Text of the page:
Companies can also buy information on individuals from data collectors. At times, the information can be wrong, causing problems for individuals. Read a previous post for more about data brokers.

    What happens when data is gathered as a person browses the Internet? It can lead to innocuous advertisements for cars when you’re searching for a new vehicle or boots when you’re considering replacing ones that wore out last winter. Or it can lead to a more difficult situation when you’re faced with ads strollers and car seats showing up on Web sites that you visit even though you had a miscarriage a month ago. It’s easy for advertisers to connect the dots when someone starts searching for infant safety gear or reading parenting Web sites and the person is unable to opt-out of targeted behavioral advertising. Read more »

    When Software Can Read Your Emotions as You Walk Down the Street

    Wednesday, April 22nd, 2015

    I’ve written before about the increasing use of “digital signage.” What is “digital signage”? Most people have heard of the term connected with billboards or other screens that have cameras (and facial-recognition technology) to watch people watching ads in order to target advertising toward individuals. The data-gathering and surveillance practices raise substantial privacy questions.

    The Los Angeles Times reported on the expansion of these digital billboards and their use of facial-recognition biometric technology in casinos, Chicago-area bars and more. USA Today and the New York Times have detailed safety problems that can arise from these digital billboards. BBC News has reported on the use of digital billboards in the United Kingdom. The Wall Street Journal has reported on digital signage use in Japan.

    Now, Wired reports on the more widespread use of software from the artificial intelligence startup Affectiva that “will read your emotional reactions” in real time. “Already, CBS has used it to determine how new shows might go down with viewers. And during the 2012 Presidential election, [Affectiva's chief science officer Rana el Kaliouby’s] team experimented with using it to track a sample of voters during a debate. Read more »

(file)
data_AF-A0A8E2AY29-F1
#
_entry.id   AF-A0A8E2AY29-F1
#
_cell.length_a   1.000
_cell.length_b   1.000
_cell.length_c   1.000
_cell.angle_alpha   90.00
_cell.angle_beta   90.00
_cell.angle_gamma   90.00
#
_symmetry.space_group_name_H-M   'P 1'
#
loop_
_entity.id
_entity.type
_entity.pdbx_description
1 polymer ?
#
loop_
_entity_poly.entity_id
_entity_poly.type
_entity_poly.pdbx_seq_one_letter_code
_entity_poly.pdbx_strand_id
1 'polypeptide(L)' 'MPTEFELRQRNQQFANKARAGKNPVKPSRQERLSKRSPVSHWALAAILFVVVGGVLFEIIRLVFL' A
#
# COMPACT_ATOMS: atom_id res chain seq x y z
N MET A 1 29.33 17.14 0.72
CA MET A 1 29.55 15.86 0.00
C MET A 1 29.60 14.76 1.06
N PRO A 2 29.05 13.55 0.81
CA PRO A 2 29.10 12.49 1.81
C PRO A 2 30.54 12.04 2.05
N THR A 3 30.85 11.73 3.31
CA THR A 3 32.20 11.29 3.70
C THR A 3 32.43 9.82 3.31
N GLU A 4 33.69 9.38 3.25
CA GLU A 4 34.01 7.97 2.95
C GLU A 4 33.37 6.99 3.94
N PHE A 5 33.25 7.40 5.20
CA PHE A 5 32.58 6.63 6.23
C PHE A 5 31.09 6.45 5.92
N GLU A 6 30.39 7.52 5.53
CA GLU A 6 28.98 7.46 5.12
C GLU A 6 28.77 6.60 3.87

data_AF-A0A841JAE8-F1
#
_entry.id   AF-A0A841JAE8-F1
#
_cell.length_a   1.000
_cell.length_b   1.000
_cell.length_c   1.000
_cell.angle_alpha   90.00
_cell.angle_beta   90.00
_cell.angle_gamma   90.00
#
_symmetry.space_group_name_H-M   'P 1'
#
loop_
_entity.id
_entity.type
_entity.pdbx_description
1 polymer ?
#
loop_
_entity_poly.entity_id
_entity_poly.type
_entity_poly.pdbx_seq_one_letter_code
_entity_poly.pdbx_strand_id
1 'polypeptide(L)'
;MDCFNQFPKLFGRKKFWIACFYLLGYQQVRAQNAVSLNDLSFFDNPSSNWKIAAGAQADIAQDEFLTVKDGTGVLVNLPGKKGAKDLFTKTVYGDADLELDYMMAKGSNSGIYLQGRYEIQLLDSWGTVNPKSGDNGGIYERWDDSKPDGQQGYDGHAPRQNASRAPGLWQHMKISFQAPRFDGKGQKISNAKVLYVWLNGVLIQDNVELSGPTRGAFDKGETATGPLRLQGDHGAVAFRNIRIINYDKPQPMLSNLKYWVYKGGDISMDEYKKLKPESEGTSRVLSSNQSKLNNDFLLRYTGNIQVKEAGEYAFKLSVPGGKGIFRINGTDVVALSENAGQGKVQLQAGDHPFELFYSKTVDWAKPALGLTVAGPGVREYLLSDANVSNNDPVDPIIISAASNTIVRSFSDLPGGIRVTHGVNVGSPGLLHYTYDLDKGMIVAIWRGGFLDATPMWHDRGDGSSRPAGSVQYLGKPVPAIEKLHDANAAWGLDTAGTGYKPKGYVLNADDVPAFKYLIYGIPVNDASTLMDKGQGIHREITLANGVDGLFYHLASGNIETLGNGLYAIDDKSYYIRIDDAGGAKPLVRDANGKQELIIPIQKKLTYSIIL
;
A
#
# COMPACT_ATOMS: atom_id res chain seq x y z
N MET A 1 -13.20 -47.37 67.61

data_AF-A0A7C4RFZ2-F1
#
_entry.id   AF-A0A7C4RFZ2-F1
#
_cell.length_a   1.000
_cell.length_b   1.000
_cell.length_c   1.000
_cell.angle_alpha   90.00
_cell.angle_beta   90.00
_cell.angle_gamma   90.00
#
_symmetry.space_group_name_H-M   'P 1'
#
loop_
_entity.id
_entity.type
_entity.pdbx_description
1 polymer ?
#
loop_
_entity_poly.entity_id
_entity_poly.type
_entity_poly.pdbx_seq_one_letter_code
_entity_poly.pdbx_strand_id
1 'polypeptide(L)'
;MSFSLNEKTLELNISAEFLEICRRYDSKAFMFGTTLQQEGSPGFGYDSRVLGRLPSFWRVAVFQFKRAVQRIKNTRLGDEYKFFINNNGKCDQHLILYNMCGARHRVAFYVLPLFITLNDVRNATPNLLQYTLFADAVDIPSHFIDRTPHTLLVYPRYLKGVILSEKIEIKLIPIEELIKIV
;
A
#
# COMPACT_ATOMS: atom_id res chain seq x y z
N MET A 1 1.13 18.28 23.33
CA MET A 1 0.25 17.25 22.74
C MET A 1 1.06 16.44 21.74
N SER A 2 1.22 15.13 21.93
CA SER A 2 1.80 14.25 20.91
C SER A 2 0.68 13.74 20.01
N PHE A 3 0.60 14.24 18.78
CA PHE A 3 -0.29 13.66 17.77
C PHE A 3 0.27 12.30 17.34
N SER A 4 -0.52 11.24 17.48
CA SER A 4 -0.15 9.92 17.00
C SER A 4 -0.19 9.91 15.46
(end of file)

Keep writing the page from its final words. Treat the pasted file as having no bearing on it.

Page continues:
License-plate-reader Technology Continues to Raise Privacy, Civil Liberty Questions

    Thursday, March 26th, 2015

    As the use of license-plate-recognition camera technology  to gather and record drivers’ movements started becoming widespread in the United States, people asked a number of questions about the privacy, civil liberty and security implications about the surveillance technology.  Last year, the Center for Investigative Reporting looked into privacy questions concerning the use of license-plate readers and found that “a leading maker of license-plate readers wants to merge the vehicle identification technology with other sources of identifying information.” A couple of years ago, the American Civil Liberties Union released a report (pdf) on license-plate readers and how they are used as surveillance devices.